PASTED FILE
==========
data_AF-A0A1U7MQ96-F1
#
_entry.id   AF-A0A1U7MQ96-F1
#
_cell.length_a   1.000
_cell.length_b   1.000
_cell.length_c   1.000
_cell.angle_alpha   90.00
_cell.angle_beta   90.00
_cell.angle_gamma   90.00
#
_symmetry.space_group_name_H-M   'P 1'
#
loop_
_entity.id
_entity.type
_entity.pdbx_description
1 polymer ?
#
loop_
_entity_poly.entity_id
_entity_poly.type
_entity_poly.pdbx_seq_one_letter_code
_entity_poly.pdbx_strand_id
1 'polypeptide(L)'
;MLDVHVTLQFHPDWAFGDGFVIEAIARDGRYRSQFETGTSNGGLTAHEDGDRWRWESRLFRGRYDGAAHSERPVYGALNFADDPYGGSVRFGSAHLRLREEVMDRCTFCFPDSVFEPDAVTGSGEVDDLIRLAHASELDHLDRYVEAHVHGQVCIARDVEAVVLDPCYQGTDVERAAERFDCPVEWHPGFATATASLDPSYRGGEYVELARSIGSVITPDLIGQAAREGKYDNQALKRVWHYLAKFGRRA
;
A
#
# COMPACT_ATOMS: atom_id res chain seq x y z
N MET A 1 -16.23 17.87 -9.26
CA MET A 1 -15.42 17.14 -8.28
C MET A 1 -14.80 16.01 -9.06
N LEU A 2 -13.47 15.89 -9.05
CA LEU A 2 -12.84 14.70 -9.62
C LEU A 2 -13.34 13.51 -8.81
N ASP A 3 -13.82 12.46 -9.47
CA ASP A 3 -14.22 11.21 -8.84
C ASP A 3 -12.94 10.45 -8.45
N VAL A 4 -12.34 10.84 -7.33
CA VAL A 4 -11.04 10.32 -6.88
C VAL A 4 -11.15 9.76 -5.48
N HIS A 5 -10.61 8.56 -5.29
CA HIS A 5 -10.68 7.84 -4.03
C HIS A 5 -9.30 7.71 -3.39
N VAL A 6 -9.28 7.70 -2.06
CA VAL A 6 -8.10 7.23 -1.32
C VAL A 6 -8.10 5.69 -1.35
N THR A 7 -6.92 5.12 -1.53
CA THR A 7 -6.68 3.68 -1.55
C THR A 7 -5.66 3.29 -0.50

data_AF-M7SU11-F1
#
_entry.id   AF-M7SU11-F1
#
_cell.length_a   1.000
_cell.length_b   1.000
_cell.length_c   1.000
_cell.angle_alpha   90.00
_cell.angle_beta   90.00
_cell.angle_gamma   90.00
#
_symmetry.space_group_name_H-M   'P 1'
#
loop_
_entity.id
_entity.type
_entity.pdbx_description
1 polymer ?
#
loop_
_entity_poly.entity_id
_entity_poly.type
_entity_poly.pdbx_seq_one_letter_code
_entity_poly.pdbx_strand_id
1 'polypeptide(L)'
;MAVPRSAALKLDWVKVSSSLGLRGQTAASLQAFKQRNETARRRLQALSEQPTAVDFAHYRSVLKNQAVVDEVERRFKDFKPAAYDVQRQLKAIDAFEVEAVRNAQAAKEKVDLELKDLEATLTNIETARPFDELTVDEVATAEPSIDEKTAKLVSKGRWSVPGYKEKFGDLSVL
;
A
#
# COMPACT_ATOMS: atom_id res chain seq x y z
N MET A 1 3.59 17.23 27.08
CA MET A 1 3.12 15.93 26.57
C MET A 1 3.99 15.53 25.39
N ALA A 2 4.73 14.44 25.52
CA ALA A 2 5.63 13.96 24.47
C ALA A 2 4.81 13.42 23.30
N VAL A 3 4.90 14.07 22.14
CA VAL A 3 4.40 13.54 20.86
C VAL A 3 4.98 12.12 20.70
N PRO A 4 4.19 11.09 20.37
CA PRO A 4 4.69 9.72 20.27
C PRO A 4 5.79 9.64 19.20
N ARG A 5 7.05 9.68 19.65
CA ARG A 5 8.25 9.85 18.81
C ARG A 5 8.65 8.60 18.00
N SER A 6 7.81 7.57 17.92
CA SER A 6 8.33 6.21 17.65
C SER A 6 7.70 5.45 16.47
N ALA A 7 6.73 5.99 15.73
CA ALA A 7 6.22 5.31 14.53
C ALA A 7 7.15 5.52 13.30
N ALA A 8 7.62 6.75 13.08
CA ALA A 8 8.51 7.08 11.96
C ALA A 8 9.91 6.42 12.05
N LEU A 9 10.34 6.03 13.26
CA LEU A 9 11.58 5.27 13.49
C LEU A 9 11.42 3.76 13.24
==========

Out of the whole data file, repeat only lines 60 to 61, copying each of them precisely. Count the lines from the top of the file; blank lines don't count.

_cell.angle_beta   90.00
_cell.angle_gamma   90.00